‘Serve our heroes as they have served us’: Seven new laws in Illinois to help service members, veterans


SPRINGFIELD, Ill. – Gov. JB Pritzker signed seven bills into law Sunday to improve life for veterans and their families.

Service members and their spouses will soon have much shorter wait times on applications for professional licenses in Illinois. Anyone with equivalent licensure in another state will have an expedited process.

“This symbolizes what can be done when we prioritize the professional interests of our servicemen and women as we strive to make Illinois a more welcoming place to live,” said Rep. LaToya Greenwood (D- East St. Louis).

Another law creates new consumer protections for veterans and service members who are frequently charged for benefits from private insurance companies.

“We’re protecting them from organizations who sell for a profit what they could get for free from the state or the county or the feds,” said Rep. Mark Walker (D-Arlington Heights).

Honoring all veterans, regardless of sexuality or gender identity

Military data show roughly 13,000 service members were discharged under the federal Don’t Ask Don’t Tell policy. The harmful rule prohibited gay, lesbian, and bisexual people from serving in the American armed forces. Most LGBTQ veterans continue to have benefits denied due to their sexual orientation or gender identity. As a result, one of the new laws allows those veterans to upgrade their service records to honorably discharged.

“Illinois wants veterans to know that we value them, that we’re grateful for their service, and today we restore the benefits, services and honor to these Illinois veterans with our gratitude,” said. Rep. Joyce Mason (D-Gurnee).

Pritzker stressed caring for the military is very important to him as the governor’s father and grandfather served as naval officers.

“The challenges they faced were very different than the ones our service members face today,” Pritzker said. “However, one truth will always persist. It is our responsibility to serve our heroes as they have served us.”

Senate Bill 505 allows the state to present family members and next of kin with a state flag if a member of the Illinois National Guard dies while on active duty or training.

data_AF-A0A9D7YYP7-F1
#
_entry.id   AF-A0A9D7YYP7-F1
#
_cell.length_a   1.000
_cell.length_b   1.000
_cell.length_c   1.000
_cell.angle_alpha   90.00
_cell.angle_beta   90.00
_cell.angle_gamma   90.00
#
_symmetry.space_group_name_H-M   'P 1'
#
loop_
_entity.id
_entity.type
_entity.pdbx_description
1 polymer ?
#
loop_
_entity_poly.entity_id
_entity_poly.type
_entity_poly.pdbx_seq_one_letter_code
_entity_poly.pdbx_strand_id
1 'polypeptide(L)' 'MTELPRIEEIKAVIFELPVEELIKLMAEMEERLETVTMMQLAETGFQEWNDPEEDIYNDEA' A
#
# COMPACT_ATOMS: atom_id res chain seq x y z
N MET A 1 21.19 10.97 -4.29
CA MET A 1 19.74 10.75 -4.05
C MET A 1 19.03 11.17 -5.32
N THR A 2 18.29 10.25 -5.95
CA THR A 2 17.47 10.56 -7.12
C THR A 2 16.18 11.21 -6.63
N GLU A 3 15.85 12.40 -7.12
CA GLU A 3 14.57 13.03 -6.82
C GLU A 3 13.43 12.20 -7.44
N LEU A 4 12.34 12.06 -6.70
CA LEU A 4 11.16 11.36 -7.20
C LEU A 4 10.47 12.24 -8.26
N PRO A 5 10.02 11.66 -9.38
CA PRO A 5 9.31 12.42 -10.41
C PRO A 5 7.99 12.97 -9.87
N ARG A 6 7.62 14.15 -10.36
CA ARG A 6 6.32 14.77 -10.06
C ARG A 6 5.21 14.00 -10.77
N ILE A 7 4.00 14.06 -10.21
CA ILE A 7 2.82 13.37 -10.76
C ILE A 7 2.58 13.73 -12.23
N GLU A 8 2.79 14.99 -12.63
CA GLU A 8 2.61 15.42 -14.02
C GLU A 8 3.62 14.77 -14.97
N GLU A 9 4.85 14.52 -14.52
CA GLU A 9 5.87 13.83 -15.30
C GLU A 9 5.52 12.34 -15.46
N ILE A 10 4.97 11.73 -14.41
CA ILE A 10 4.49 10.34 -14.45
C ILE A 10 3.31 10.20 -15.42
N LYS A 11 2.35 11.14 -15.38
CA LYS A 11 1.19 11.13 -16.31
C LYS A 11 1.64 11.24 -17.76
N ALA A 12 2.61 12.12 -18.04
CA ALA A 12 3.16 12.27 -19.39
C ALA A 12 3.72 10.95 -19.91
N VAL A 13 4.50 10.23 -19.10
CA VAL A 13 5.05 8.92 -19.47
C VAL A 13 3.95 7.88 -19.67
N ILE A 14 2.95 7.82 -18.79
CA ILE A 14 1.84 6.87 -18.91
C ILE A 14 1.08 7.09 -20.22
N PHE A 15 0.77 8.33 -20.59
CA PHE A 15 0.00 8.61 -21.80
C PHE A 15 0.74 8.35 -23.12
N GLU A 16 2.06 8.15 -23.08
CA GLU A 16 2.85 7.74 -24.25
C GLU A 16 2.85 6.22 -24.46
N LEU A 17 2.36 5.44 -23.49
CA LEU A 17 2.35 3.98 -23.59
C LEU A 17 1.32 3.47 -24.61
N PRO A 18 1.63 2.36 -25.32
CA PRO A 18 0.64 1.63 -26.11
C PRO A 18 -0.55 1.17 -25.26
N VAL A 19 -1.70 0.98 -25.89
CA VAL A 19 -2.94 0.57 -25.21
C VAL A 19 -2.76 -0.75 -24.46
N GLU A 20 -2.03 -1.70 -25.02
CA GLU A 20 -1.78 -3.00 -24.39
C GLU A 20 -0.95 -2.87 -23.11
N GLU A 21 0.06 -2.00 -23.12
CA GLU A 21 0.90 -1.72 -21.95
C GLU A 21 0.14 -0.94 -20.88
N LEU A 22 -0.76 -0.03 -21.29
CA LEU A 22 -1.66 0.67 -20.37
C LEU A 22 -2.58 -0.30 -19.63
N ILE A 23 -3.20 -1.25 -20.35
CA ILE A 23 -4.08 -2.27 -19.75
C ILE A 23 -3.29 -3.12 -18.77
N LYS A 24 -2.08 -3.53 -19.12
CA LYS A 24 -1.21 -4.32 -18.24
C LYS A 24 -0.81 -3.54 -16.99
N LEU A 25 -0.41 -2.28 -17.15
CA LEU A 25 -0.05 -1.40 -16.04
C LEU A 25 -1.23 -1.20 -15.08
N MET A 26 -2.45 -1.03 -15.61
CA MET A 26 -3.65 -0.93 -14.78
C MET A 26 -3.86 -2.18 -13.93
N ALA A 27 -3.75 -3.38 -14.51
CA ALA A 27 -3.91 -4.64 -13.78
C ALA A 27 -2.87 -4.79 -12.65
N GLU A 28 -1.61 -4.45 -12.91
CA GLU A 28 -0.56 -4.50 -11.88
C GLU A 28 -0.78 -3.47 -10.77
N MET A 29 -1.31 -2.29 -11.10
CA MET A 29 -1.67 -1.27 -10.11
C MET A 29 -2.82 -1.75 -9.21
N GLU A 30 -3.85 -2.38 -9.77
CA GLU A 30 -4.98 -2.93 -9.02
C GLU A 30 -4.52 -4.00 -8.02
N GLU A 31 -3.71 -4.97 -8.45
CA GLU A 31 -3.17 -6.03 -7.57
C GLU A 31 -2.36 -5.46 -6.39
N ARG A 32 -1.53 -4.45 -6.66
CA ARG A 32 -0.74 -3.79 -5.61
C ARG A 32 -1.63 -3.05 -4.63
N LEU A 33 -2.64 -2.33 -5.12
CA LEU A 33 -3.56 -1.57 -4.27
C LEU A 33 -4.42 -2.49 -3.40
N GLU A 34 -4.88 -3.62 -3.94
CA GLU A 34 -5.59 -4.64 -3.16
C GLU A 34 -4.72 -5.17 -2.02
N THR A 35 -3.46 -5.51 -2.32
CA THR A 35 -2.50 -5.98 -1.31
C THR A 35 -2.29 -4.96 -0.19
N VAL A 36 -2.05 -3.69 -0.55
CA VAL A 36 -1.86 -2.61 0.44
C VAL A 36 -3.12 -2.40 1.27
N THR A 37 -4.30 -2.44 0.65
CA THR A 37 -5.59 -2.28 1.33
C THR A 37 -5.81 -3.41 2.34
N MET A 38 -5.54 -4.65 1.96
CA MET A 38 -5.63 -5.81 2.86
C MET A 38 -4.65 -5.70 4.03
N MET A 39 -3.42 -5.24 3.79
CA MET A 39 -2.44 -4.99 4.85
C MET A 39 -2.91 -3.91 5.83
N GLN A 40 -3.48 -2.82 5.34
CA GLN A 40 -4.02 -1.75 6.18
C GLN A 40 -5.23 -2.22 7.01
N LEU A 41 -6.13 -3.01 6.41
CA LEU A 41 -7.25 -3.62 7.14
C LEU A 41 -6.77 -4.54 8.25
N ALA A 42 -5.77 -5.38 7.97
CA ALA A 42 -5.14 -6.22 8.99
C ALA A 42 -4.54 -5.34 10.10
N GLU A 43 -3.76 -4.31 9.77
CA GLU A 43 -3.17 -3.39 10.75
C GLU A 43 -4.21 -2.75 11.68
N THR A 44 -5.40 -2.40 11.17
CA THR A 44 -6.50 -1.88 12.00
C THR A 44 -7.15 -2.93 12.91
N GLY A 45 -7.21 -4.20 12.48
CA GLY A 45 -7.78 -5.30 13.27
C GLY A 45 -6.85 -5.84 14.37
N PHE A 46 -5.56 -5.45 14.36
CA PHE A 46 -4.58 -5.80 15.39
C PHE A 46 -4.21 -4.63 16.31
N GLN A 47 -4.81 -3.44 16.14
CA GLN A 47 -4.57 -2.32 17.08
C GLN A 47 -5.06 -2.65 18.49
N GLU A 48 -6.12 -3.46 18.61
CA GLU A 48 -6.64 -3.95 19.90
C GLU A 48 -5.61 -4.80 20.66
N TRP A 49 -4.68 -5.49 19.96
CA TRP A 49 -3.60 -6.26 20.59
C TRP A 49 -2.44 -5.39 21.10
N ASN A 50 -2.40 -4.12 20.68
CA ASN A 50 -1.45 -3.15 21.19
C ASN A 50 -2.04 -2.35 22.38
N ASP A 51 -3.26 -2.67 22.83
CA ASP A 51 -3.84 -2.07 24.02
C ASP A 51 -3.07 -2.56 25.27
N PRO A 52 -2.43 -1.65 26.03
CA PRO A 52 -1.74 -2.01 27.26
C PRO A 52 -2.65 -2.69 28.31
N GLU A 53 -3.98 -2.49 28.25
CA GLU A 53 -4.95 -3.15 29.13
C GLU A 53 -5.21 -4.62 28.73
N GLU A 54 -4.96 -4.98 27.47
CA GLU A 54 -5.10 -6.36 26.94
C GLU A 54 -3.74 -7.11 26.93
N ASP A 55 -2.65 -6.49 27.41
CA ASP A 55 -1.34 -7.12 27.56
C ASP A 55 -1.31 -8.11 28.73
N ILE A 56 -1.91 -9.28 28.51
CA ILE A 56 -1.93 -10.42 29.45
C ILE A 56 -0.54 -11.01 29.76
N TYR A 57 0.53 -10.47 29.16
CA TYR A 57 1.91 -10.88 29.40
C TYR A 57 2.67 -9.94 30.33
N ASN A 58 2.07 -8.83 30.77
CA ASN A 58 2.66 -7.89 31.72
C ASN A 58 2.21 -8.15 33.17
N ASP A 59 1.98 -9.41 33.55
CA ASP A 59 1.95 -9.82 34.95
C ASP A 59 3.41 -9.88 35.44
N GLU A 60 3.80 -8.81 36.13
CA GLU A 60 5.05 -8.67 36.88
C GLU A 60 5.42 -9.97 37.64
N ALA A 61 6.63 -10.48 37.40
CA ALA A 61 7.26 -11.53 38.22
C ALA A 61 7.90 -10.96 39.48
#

“In all the different wars and all the different natural disasters, they’re always there for us,” said Rep. Dave Vella (D-Rockford). “They’re an example of selflessness and courage that I knew I wanted to honor.”

Improving veterans’ benefits

Sen. Mike Hastings (D-Tinley Park) says giving an Illinois and American flag to loved ones of a fallen National Guard members is the right thing to do. The Army veteran says all of the bills signed into law Sunday are phenomenal changes for veterans. In fact, each of the bills passed out of both chambers with bipartisan support.

“It not only makes Illinois a better place to live, but it’s something to be proud of across the country,” Hastings said. “There’s a lot of other states that take pride in the veterans’ benefits they give to their veterans. Illinois is the best veterans’ benefits state in the entire country.”

Senate Bill 2089 requires the Illinois Department of Natural Resources to fly the American, Illinois, and POW flags at all state parks within the next five years. Local groups and individuals can also make donations to the department’s fund for special projects to help cover the costs for the flags.

“The American flag represents the greatest country in the world,” said Rep. Christopher Belt (D-Swansea). “The Illinois flag represents the greatest state in the country. And the POW/MIA flag is the reason those two are the greatest.”

Another law allows the Department of Veterans’ Affairs to create Fold of Honor decals for Illinois license plates. Funds from this project will help create educational scholarships for military families. Finally, House Bill 2894 recognizes the first Saturday of May as Veterans Gardening Day. Sponsors say communities can use the day to honor and commemorate veterans from across Illinois.

Breaking down roadblocks for those who served

“Today we will take action to make the lives of those who served better by enhancing services and breaking down roadblocks as we honor them in new and thoughtful ways,” said Terry Prince, Acting IDVA Director.

The bill signing ceremony took place at Camp Lincoln in Springfield which is also home to the Illinois National Guard.

“We all know how important it is to express gratitude to those who have bravely served our country. Yet, cheer gratitude is not enough,” said Lt. Governor Juliana Stratton. “We must institute policies that give every member of our military, our veterans, and their families the support, honor, and opportunities that they deserve.”

Stratton later noted the people of Illinois will never forget those who serve to protect the country.

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